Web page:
Holiday Gift Ideas For The Aspiring Cider/Mead-Maker

Well, folks, it’s that time of year again: The Holidays. And besides being the perfect excuse to bust out the home-fermented beverages, the holidays are a time for something else: awkward, anxiety-laden gift-giving. Anxiety which requires consumption of home-fermented beverages to deal with. Consumption which continues the vicious cycle. But I digress.

If you have an aspiring cider or mead-maker in the family–or, heck, if you are one yourself–perhaps I can help you with some gift ideas.

If you’re not into discussions of home cider-making, mead-making or the equipment and process thereof, please forgive me–this would be a good time to check out and await my next installment (or, to be honest–to visit Along Came A Cider or the Cider Guide).

But if you are–or if you’re curious–below are a couple deals I’m seeing out there, plus some specific recommendations broken down for the beginning or intermediate cider or mead-maker in your household.

If you have an advanced cider or mead-maker in the household, he or she will likely be more particular about their needs than I’ll provide below. Get them talking about future plans and see what you can derive about their needs from that. Good luck…

As always, note that I use affiliate links, so if you click through and buy any of the mentioned items, I get a small commission which helps support the site. Thanks in advance!

Deal Roundup

Being on the mailing lists of the various online retailers of home brewing gear, I’ve received a few interesting items Black Friday items recently that I figured I’d share with you.

Kegs:

Adventures in Homebrewing is currently running a sale on 5-gallon Ball Lock Kegs. At $70, that’s $50 off their typical price for new kegs of this type–which is a nicer, rubber-handled style than you often see with new kegs (which are often cheaper, Chinese-made affairs without rubber feet or handles). If this is your first keg, though, you’ll likely need to pick up some connectors and gas tubing as well in order to hook it up. If you’re new to kegging, head over to the kegging tutorial for more information.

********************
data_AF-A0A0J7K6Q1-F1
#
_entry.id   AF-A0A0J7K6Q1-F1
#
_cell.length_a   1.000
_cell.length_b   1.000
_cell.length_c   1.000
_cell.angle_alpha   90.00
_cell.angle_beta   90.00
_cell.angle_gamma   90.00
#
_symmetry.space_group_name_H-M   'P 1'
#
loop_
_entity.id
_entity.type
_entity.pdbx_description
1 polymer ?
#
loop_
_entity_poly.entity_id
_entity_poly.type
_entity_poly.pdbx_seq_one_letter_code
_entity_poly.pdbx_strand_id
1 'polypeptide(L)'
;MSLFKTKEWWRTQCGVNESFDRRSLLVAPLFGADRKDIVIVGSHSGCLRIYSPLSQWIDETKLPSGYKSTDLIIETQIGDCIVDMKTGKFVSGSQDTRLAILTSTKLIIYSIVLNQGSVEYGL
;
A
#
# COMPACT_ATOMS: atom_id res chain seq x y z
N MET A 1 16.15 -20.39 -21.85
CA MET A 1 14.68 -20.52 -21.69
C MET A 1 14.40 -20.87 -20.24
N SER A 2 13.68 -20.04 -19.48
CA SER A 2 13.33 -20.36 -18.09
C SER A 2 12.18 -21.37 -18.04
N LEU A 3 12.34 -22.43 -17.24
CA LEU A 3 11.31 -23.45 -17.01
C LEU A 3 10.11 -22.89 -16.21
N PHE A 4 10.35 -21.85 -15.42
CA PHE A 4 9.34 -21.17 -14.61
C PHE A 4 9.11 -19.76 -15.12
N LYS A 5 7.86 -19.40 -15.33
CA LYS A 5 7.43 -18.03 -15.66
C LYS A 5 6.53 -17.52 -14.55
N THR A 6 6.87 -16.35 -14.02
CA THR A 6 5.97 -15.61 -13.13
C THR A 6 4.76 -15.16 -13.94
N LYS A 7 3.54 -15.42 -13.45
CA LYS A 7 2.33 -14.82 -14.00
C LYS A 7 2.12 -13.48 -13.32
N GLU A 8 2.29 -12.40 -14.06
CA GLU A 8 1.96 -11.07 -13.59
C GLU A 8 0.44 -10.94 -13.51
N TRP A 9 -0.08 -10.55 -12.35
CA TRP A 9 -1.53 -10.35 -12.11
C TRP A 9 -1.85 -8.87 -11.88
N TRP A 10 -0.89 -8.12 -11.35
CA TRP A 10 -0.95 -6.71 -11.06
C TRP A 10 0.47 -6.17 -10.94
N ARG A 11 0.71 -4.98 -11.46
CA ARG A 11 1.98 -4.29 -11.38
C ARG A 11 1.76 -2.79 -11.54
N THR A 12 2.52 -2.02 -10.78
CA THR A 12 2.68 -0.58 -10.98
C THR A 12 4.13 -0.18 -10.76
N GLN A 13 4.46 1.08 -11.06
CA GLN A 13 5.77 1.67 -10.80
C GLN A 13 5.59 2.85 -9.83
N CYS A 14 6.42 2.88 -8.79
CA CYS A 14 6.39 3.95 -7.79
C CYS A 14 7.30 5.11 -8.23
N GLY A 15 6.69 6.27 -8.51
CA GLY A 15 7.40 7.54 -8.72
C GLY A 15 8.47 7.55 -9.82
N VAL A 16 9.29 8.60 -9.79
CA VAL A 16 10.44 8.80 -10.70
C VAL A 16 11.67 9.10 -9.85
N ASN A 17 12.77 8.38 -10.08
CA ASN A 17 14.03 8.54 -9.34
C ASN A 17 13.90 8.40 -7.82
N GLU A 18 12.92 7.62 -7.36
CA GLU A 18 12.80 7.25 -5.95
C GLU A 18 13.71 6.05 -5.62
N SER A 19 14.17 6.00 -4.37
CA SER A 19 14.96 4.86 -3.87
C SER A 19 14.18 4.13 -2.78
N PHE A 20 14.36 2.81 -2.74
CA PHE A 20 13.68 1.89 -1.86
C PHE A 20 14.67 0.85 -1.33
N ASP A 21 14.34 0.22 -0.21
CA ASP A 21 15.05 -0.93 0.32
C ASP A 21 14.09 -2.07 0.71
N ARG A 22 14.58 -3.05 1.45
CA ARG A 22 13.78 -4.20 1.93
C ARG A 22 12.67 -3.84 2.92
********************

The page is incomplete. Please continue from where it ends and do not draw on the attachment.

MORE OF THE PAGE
Deals Of The Day:

Morebeer typically runs a single deal of the day on their homepage, replacing it with a new one the next day (for those of your who are unfamiliar with this, that item is discounted for a limited time if you use the code ‘BEERDEAL’ at checkout and if that item is still in stock). On 11/28, they’ll be running a new one every 15 minutes starting at 9am PST. So head over to morebeer.com and keep your eyes peeled…

For Beginning Cider/Mead-Makers

Resources:

Cider: Making, Using, and Enjoying Sweet and Hard CiderA great introductory text to cider-making.

The Compleat Mead Makerthe mead-maker’s bible, really; everyone who knows their mead these days also knows this book.

See more about both on the books page.

Equipment:

Home Brewing Starter Kit–if you don’t already have brewing equipment, start here. A brew kettle is not needed in addition to this, however, since cider doesn’t require a heat process (mead doesn’t either, though it’s often pasteurized in early stages, in which case a kettle would be helpful).

Intermediate:

Equipment:

Speidel 8 gallon fermenter–I recently added one of these to my arsenal and it’s one of the best things I’ve ever done. The spigot on the bottom is highly convenient for transferring (you don’t have to use a racking cane, and the fluid level of the spigot area is above where the sediment pools, so you can cleanly transfer without worrying about sediment/trub/lees coming along for the ride), and the top opening is wide enough to get fruit into if you’re making a melomel or fruit cider. Convenient, convenient, convenient. Not strictly an intermediate choice, but if you’ve worked with standard glass fermenters for a while, you’ll appreciate the features this brings to the table.

Oak Cubes–If you’ve got basic ciders or meads under your belt, it’s a good time to start playing with oak. You can really add a lot of character in terms of tannin, body, and color to your creations with it. A note of caution, however–darker toasts can add a powerfully smoky flavor to an otherwise delicate beverage, and American Oak imparts a stronger flavor than does French oak. That’s not always a bad thing, though–I recently took 3rd in a mead competition in the melomel category for a powerfully tannic, black currant melomel that sat on one of these for a month.

Start with French oak, medium toast for the mildest flavor addition, and monitor the flavor every week or so as your creation ages on it to avoid over-infusing. Good luck!

Or…just ask me.

Should you be interested in custom recommendations for yourself or others along the lines of amateur cider or mead-making, simply hit me up on the Contact Page, let me know a few details, and I’ll see what I can put together for you.

Thanks for visiting The Cidersage Blog. If you found this content to be useful, consider subscribing via the Subscribe link in the side bar, and be sure to visit our resources and tutorials pages for more in-depth hard cider and mead information.

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